Under the above requirements, plaintiffs allege that BAC had an obligation to provide them with confirmation of receipt of their application within 10 days, and to complete their eligibility evaluation within 30 days. At the end of those 30
days, BAC was required to either send the plaintiffs a Trial Period Plan notice, or inform them in writing of their ineligibility and consider them for "another foreclosure prevention alternative." Plaintiffs allege that BAC fulfilled When all reasonable inferences
none of the above obligations.
are drawn in plaintiff's favor, BAC did not timely or properly evaluate the plaintiffs for HAMP. If such failure is fairly and
sufficiently pled as deceptive or unfair, it can provide the basis for relief under Chapter 93A. Before reaching the sufficiency of the pleading, however, the Court must first determine that recovery under 93A for violations of HAMP is "compatible with the objectives and enforcement mechanisms of HAMP." Ording, 2011 WL 99016, at *7.
Fannie Mae has described HAMP as "a national modification program aimed at helping 3 to 4 million at-risk homeowners both those who are in default and those who are at imminent risk of defaultby reducing monthly payments to sustainable levels." of Treasury, Announcement 09-05R at 1, May 15, 2009. U.S. Dep't See also
Speleos, 2010 WL 5174510, at *4 (stating that "the purpose of HAMP is to help homeowners avoid foreclosure by obtaining loan
modification"); Bosque v. Wells Fargo Bank, N.A., No. 10-10311, 2011 WL 304725, at *2 (D. Mass. Jan. 26, 2011) ("The goal of HAMP is to provide relief to borrowers who have defaulted on their mortgage payments or who are likely to default by reducing mortgage payments to sustainable levels, without discharging any of the underlying debt."). Allowing homeowners threatened with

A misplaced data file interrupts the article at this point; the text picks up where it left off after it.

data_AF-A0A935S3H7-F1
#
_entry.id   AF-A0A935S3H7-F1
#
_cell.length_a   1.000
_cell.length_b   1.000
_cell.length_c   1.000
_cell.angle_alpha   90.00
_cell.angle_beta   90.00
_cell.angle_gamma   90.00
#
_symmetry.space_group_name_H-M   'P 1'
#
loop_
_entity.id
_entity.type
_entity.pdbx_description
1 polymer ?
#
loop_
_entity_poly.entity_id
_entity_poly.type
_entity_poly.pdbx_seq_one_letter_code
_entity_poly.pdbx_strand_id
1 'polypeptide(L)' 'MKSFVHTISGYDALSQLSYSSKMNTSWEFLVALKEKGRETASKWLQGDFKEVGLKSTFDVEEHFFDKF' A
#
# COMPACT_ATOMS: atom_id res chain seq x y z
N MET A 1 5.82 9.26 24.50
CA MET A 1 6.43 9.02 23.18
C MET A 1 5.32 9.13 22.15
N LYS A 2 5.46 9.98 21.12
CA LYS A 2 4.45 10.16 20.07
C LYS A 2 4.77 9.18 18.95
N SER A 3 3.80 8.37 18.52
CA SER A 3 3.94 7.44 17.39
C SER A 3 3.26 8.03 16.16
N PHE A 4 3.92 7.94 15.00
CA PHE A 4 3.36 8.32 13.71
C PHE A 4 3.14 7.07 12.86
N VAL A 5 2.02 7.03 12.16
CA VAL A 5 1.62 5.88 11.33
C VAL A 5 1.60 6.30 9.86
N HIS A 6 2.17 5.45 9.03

foreclosure to recover damages under Chapter 93A is compatible with this objective. Indeed, the Servicer Participation
Agreement between servicers and the government provides that participating servicers must covenant to act consistent with state consumer protection laws. See Commitment to Purchase
Financial Instrument and Servicer Participation Agreement, Ex. B, at 3, available at https://www.hmpadmin.com/portal/programs/docs/ hamp_servicer/servicerparticipationagreement.pdf (obliging the servicer to covenant that "all Services will be performed in compliance with, all applicable Federal, state and local laws, regulations, regulatory guidance, statutes, ordinances, codes and requirements, including, but not limited to, . . . Federal and state laws designed to prevent unfair, discriminatory or predatory lending practices and all applicable laws governing tenant rights."). With regard to enforcement mechanisms, the HAMP guidelines name Freddie Mac as the "compliance agent for HAMP." U.S. Dep't
of Treasury, Supplemental Directive 09-08 ("Supp. Dir. 09-08"),
at 4 (Nov. 3, 2009); see also U.S. Dep't of Treasury, Supplemental Directive 09-01 ("Supp. Dir. 09-01"), at 25 (April 6, 2009) ("In its role as compliance agent, Freddie Mac will utilize Freddie Mac employees and contractors to conduct independent compliance assessments."). Freddie Mac's role as follows: The scope of the assessments will include, among other things, an evaluation of documented evidence to confirm adherence (e.g., accuracy and timeliness) to HAMP requirements with respect to the following: · · · · · · Evaluation of Borrower and Property Eligibility Compliance with Underwriting Guidelines Execution of NPV/Waterfall processes Completion of Borrower Incentive Payments Investor Subsidy Calculations Data Integrity The guidelines describe